The U.S. Department of Education has adopted an open licensing policy for grant-funded educational resources. The policy requires by default that recipients of competitive grants apply an open license and have a plan to publicly disseminate educational resources and other works created with grant funds. The final rule enacting this policy took effect on May 22, 2017 (following a delay) and will be fully implemented for applicable competitive grant programs beginning in FY 2018.
Each year the Department of Education funds billions of dollars of competitive grant awards, including projects that produce valuable educational resources — from assessments to training materials to adaptive software. Although these resources are created with taxpayer dollars, they are often not available for the public to access and use.
Existing policy about grant-funded resources was made for the analog world, where dissemination required printing and shipping, and editing required scissors and glue. Open licensing policies reflect the digital, connected world we live in, by giving the public the right to fully use the valuable resources our taxpayer dollars are used to create. Wider availability of openly licensed educational resources empowers students, teachers, schools, entrepreneurs, parents and more to expand educational opportunities, improve workforce training, reduce the cost of education, and build new businesses.
Open licensing policies have become increasingly common throughout the Federal government. The Department of Labor adopted an agency-wide open licensing policy in late 2015, building on successful program-level policies including the $2 billion TAACCCT fund. The Department of State requires open licensing on several of its overseas grant programs, and led the development of an open licensing playbook. The Department of Education’s First in the World program has had an open licensing requirement since 2014.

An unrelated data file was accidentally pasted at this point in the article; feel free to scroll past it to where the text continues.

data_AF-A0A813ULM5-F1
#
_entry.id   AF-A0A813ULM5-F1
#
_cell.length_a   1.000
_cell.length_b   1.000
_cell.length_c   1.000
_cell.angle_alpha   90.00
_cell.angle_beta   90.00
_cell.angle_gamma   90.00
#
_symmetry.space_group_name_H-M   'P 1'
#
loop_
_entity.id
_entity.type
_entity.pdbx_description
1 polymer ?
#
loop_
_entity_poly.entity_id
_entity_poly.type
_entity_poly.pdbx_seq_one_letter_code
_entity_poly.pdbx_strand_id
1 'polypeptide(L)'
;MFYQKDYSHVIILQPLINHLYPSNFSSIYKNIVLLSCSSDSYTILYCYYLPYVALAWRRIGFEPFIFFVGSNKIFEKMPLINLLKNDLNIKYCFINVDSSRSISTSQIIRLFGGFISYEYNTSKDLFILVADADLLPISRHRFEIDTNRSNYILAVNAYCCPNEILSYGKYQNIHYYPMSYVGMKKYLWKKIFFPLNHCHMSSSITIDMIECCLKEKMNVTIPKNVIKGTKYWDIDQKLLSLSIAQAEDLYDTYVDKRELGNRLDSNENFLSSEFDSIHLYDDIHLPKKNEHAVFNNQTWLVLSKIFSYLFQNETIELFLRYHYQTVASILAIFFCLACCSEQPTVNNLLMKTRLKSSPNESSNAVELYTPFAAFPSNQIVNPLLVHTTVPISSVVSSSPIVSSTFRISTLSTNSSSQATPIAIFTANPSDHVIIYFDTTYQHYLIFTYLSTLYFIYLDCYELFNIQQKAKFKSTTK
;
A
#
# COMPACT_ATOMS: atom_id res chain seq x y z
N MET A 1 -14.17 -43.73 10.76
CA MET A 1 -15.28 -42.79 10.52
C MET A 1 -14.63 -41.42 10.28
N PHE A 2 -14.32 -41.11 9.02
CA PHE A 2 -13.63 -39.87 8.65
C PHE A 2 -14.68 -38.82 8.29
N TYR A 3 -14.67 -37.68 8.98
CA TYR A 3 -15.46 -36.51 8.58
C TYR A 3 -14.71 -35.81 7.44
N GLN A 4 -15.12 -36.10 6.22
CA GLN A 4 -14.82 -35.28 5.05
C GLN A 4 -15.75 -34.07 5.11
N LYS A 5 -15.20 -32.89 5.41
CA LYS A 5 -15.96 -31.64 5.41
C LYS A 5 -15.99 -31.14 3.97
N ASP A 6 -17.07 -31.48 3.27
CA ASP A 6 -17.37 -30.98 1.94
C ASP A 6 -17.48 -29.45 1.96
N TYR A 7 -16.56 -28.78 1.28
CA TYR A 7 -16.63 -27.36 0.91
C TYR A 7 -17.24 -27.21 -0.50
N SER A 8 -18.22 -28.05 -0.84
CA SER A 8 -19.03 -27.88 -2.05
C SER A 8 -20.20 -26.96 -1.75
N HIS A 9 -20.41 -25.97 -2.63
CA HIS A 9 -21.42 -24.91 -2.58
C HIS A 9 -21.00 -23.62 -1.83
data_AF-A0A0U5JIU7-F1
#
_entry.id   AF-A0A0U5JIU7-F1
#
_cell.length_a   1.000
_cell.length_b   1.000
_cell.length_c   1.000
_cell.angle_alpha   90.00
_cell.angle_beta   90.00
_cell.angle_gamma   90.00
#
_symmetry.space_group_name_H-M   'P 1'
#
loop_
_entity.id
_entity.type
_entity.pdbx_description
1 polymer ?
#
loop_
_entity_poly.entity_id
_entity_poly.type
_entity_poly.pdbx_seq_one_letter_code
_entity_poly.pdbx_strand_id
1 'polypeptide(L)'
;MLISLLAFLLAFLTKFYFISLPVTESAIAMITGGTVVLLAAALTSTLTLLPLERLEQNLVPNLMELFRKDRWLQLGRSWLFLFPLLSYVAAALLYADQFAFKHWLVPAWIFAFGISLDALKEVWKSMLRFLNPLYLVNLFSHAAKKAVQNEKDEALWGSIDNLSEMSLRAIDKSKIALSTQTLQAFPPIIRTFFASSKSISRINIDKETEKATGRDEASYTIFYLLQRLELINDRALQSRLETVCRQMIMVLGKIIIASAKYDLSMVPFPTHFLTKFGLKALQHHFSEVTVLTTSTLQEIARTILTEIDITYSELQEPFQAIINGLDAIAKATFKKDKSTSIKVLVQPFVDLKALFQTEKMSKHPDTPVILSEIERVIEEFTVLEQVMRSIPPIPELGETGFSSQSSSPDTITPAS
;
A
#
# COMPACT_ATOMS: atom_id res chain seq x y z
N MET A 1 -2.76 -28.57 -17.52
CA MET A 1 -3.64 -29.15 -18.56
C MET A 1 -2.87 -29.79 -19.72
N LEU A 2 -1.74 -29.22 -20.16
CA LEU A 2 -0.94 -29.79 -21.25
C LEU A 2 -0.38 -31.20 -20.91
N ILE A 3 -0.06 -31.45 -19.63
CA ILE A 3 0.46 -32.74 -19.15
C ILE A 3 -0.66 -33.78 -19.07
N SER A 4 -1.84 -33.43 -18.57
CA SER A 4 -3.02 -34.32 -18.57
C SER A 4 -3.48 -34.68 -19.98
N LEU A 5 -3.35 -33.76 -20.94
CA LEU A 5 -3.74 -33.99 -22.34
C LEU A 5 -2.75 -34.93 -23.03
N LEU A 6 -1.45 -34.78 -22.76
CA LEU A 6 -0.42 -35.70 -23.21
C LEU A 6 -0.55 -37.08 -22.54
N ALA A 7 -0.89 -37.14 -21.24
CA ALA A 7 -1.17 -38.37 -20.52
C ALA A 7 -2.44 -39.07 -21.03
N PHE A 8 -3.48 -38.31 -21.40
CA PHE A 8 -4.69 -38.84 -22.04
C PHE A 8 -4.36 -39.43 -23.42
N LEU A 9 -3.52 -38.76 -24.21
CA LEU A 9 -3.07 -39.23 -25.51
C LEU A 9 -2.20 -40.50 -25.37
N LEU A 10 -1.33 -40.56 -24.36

The Department of Education open licensing rule takes a meaningful step toward ensuring more publicly funded educational resources are openly licensed and shared with the public.
About the Rule
- Applies to Department of Education discretionary competitive grant programs ($4.2 billion in FY 2016).
- Requires grantees to openly license, and have a plan to publicly disseminate, copyrightable works created in whole or in part with grant funds.
- Permits grantees to select which open license to use, but lays out clear terms that the license must meet. Grantees may select a license that limits use to non-commercial purposes.
“…must grant to the public a worldwide, non-exclusive, royalty-free, perpetual, and irrevocable license to (i) access, reproduce, publicly perform, publicly display, and distribute the copyrightable work; (ii) prepare derivative works and reproduce, publicly perform, publicly display and distribute those derivative works; and (iii) otherwise use the copyrightable work, provided that in all such instances attribution is given to the copyright holder.”
- Includes certain categorical exemptions, including peer-reviewed scholarly publications (which are covered by the Department of Education’s public access policy), works jointly funded by other Federal agencies, and the Ready-to-Learn Television program.
- Effective as of May 22, 2017, and will be fully implemented for applicable competitive grants in FY 2018 (which begins October 1, 2017). The rule was originally scheduled to go into effect on March 20, 2017, but was delayed twice before ultimately taking effect.
Final Rule Language
Open licensing requirement for competitive grant programs.
For competitive grants awarded in competitions announced after February 21, 2017:
(a) A grantee or subgrantee must openly license to the public the rights set out in paragraph (b)(1) of this section in any grant deliverable that is created wholly or in part with Department competitive grant funds, and that constitutes a new copyrightable work; provided, however, that when the deliverable consists of modifications to pre-existing works, the license shall extend only to those modifications that can be separately identified and only to the extent that open licensing is permitted under the terms of any licenses or other legal restrictions on the use of pre-existing works.